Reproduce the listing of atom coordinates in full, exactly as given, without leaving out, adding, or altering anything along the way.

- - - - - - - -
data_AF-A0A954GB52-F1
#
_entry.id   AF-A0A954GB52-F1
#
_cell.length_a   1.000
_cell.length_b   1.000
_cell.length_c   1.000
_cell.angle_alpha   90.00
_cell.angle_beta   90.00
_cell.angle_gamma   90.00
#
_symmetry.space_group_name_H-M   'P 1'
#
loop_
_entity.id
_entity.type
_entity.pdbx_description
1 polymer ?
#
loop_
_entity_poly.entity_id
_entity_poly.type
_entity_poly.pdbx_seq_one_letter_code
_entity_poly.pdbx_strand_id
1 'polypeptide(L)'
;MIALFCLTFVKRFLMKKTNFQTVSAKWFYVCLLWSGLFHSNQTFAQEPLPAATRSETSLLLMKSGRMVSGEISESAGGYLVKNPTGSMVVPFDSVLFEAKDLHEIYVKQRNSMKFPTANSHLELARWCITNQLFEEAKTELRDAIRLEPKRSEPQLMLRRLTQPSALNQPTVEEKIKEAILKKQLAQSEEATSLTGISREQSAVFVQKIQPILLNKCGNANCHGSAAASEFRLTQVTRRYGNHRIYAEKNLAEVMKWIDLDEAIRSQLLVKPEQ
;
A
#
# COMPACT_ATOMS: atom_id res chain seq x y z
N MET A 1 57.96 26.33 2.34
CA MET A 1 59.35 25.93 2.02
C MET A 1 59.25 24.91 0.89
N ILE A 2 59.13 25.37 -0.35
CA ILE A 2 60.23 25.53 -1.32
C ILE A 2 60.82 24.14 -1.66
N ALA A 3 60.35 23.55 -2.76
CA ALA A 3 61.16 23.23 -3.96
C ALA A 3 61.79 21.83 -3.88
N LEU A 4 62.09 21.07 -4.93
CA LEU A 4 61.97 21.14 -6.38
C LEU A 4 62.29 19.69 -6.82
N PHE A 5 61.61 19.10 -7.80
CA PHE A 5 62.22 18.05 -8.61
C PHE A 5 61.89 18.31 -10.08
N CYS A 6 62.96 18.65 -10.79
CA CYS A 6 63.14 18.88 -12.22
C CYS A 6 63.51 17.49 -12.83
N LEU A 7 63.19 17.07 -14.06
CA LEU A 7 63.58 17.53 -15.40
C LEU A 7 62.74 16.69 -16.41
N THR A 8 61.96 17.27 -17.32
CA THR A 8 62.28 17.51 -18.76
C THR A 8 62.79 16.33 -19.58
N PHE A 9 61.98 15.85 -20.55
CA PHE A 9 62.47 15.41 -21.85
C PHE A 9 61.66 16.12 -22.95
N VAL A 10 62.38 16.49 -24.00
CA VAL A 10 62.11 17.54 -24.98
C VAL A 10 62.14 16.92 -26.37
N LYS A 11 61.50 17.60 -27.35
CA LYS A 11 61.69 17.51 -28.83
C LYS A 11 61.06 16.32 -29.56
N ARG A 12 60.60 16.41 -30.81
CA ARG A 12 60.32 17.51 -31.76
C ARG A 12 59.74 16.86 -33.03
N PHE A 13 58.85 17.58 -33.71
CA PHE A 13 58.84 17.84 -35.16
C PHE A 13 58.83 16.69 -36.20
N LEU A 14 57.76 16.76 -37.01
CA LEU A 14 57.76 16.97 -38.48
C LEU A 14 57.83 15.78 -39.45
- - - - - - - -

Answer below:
data_AF-A0A954GB52-F1
#
_entry.id   AF-A0A954GB52-F1
#
_cell.length_a   1.000
_cell.length_b   1.000
_cell.length_c   1.000
_cell.angle_alpha   90.00
_cell.angle_beta   90.00
_cell.angle_gamma   90.00
#
_symmetry.space_group_name_H-M   'P 1'
#
loop_
_entity.id
_entity.type
_entity.pdbx_description
1 polymer ?
#
loop_
_entity_poly.entity_id
_entity_poly.type
_entity_poly.pdbx_seq_one_letter_code
_entity_poly.pdbx_strand_id
1 'polypeptide(L)'
;MIALFCLTFVKRFLMKKTNFQTVSAKWFYVCLLWSGLFHSNQTFAQEPLPAATRSETSLLLMKSGRMVSGEISESAGGYLVKNPTGSMVVPFDSVLFEAKDLHEIYVKQRNSMKFPTANSHLELARWCITNQLFEEAKTELRDAIRLEPKRSEPQLMLRRLTQPSALNQPTVEEKIKEAILKKQLAQSEEATSLTGISREQSAVFVQKIQPILLNKCGNANCHGSAAASEFRLTQVTRRYGNHRIYAEKNLAEVMKWIDLDEAIRSQLLVKPEQ
;
A
#
# COMPACT_ATOMS: atom_id res chain seq x y z
N MET A 1 57.96 26.33 2.34
CA MET A 1 59.35 25.93 2.02
C MET A 1 59.25 24.91 0.89
N ILE A 2 59.13 25.37 -0.35
CA ILE A 2 60.23 25.53 -1.32
C ILE A 2 60.82 24.14 -1.66
N ALA A 3 60.35 23.55 -2.76
CA ALA A 3 61.16 23.23 -3.96
C ALA A 3 61.79 21.83 -3.88
N LEU A 4 62.09 21.07 -4.93
CA LEU A 4 61.97 21.14 -6.38
C LEU A 4 62.29 19.69 -6.82
N PHE A 5 61.61 19.10 -7.80
CA PHE A 5 62.22 18.05 -8.61
C PHE A 5 61.89 18.31 -10.08
N CYS A 6 62.96 18.65 -10.79
CA CYS A 6 63.14 18.88 -12.22
C CYS A 6 63.51 17.49 -12.83
N LEU A 7 63.19 17.07 -14.06
CA LEU A 7 63.58 17.53 -15.40
C LEU A 7 62.74 16.69 -16.41
N THR A 8 61.96 17.27 -17.32
CA THR A 8 62.28 17.51 -18.76
C THR A 8 62.79 16.33 -19.58
N PHE A 9 61.98 15.85 -20.55
CA PHE A 9 62.47 15.41 -21.85
C PHE A 9 61.66 16.12 -22.95
N VAL A 10 62.38 16.49 -24.00
CA VAL A 10 62.11 17.54 -24.98
C VAL A 10 62.14 16.92 -26.37
N LYS A 11 61.50 17.60 -27.35
CA LYS A 11 61.69 17.51 -28.83
C LYS A 11 61.06 16.32 -29.56
N ARG A 12 60.60 16.41 -30.81
CA ARG A 12 60.32 17.51 -31.76
C ARG A 12 59.74 16.86 -33.03
N PHE A 13 58.85 17.58 -33.71
CA PHE A 13 58.84 17.84 -35.16
C PHE A 13 58.83 16.69 -36.20
N LEU A 14 57.76 16.76 -37.01
CA LEU A 14 57.76 16.97 -38.48
C LEU A 14 57.83 15.78 -39.45